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Hands-on: Our first-hand 5G experience with the Samsung Galaxy S10 5G in Seoul, South Korea

By Wong Chung Wee - 26 Sep 2019

Hands-on: Our first-hand 5G experience with the Samsung Galaxy S10 5G in Seoul, South Korea

We had a brief, first-hand 5G experience with the Samsung Galaxy S10 5G in the city of Seoul, South Korea. It was confined to using the device at high data speeds, and the service provider was KT. Read on to find out how Samsung’s 5G implementation in South Korea felt. In case you're wondering, the unit uses Samsung's own 5G chipset.

 

Our top speed 5G test results from SpeedTest.

We loaded SpeedTest on the device and measured its upload and download speeds in various locations of Seoul, indoors and outdoors. Our best SpeedTest results were at street level, outdoors, i.e., 285Mbps for download, and 66.2Mbps for upload.

At certain locations, in the same settings, SpeedTest reported as 5G speeds as low as 43.4Mbps for download, and 60.6Mbps for upload.

The SpeedTest results for our 4G LTE experience.

The handset naturally falls back on 4G once it fails to connect to 5G infrastructure, and it was typical in the range of more than 50- to 67Mbps for download, and upload speeds typically hovered in the range 12- to 22Mbps. But we managed to record 4G speeds that clocked 174Mbps (download), and 26.7Mbps (upload) respectively. The dead giveaway was its ping response time of 34ms, which is about three times that of 5G.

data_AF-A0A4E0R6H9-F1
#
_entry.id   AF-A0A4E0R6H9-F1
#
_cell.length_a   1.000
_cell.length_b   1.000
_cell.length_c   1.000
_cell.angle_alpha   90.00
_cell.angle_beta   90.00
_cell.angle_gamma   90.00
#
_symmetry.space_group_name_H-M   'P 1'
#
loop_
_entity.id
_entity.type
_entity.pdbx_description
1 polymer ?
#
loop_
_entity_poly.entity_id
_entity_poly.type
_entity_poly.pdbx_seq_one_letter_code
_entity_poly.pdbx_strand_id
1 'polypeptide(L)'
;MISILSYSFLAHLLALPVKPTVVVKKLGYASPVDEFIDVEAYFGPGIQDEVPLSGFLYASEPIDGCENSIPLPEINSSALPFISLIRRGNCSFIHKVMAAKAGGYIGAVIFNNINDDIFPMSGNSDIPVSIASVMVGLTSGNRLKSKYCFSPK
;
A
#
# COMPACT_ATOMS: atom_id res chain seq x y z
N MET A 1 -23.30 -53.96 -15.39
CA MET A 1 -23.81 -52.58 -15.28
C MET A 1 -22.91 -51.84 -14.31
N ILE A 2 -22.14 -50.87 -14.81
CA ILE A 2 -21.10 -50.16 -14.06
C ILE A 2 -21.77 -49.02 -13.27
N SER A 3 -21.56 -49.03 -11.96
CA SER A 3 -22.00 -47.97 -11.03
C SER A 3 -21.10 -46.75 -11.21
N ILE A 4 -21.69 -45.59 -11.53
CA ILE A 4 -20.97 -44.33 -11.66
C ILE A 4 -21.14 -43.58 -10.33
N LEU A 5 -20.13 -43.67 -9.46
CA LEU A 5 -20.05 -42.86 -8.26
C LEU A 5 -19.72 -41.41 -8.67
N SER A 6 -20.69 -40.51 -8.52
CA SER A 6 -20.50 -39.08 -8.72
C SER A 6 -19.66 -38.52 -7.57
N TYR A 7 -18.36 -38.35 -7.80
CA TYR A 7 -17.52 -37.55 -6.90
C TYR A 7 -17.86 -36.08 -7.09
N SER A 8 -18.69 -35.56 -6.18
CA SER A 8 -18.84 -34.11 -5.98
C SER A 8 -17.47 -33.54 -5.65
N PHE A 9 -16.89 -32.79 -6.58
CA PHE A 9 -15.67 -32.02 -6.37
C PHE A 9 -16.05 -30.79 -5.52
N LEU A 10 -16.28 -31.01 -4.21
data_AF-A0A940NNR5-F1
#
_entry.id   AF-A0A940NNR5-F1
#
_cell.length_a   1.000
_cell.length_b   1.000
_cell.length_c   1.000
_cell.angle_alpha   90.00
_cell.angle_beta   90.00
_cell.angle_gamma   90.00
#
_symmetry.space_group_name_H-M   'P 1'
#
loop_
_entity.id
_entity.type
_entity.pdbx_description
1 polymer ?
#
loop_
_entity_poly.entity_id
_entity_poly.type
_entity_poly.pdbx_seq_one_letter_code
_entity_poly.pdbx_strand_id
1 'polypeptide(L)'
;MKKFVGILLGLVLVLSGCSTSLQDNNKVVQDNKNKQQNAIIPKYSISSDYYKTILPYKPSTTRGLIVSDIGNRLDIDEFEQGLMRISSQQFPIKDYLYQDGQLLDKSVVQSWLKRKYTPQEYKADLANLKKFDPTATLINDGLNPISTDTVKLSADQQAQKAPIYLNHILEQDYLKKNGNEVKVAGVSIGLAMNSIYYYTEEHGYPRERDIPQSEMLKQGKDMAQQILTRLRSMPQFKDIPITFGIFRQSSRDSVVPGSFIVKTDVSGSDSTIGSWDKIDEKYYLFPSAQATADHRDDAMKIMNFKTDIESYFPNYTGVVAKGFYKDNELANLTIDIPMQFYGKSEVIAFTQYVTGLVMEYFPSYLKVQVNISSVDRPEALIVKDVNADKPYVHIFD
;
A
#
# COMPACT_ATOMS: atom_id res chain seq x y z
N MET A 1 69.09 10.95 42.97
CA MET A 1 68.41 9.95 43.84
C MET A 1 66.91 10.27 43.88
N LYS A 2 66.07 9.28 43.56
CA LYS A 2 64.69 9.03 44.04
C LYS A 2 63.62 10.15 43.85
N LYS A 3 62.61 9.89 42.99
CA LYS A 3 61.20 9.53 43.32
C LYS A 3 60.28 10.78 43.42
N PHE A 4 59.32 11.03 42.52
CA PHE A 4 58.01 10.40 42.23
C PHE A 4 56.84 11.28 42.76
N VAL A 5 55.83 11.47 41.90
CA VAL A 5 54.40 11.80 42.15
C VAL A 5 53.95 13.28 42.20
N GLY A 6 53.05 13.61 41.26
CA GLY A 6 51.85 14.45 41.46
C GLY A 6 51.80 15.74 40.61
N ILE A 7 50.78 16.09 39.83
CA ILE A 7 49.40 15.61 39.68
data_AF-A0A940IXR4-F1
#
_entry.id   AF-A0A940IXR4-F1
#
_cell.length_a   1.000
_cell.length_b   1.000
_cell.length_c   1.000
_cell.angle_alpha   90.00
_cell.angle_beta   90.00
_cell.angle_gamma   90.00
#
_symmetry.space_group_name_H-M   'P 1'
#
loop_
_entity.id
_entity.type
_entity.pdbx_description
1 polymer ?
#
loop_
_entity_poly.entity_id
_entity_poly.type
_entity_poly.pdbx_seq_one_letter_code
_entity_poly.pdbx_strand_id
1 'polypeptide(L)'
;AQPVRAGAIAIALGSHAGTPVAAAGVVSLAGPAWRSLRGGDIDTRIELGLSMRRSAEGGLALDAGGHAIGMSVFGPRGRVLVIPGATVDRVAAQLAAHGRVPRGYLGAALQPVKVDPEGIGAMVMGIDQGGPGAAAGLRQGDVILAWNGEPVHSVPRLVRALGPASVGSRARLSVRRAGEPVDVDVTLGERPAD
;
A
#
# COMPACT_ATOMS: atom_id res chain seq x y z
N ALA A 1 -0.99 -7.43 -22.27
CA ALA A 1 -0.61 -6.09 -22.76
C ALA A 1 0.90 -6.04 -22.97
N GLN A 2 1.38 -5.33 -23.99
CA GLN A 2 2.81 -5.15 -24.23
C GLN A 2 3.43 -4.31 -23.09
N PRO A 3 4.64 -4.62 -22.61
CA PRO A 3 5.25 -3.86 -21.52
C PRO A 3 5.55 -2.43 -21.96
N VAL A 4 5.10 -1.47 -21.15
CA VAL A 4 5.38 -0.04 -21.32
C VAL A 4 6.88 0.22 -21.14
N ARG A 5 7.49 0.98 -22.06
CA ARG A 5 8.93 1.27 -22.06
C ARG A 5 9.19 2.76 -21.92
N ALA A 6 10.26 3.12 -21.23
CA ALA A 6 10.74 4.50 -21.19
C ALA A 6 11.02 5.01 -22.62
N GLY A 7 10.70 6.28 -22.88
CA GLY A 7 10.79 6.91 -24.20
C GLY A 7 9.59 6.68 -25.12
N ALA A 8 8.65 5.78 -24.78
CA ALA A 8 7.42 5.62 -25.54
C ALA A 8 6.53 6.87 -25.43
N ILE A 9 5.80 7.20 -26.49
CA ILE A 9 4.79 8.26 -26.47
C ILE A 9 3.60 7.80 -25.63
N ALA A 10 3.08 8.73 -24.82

We did notice that even if the data speeds of 5G lowered to the performance level of 4G, the former’s advantage of low latency stood out. It hovered around 11- to 12ms for ping times, while jitter remained consistently low at 3ms. In comparison, when the smartphone was on 4G, the latency dropped to 34ms for ping responses, while jitter is usually the same or just 1ms higher than 5G rates, at 4ms.

Our Samsung Galaxy S10 5G test set.

Low latency is excellent for responsiveness so we can play FPS mobile games with little fear of lag. Other areas like augmented and virtual reality on 5G will put us on the forefront of living in smart cities. For now, the consumer use cases of 5G remain limited to its high-speed data connectivity, with the advantage of supporting up to 1 million devices in a 1km2 area. The theoretical top speed of 5G is 20Gbps, up to 20 times that of typical 4G LTE. From our initial experience, the 5G download speeds typically range from 100Mbps to 284Mbps.

You can uncover more insights with regards to the Samsung Galaxy S10Galaxy S10+ and the Galaxy S10e. The Galaxy S10 5G is however not available in Singapore shores as our 5G network is in the developmental stage, but our experience in Korea is a glimpse of 5G expectations when it does roll out.

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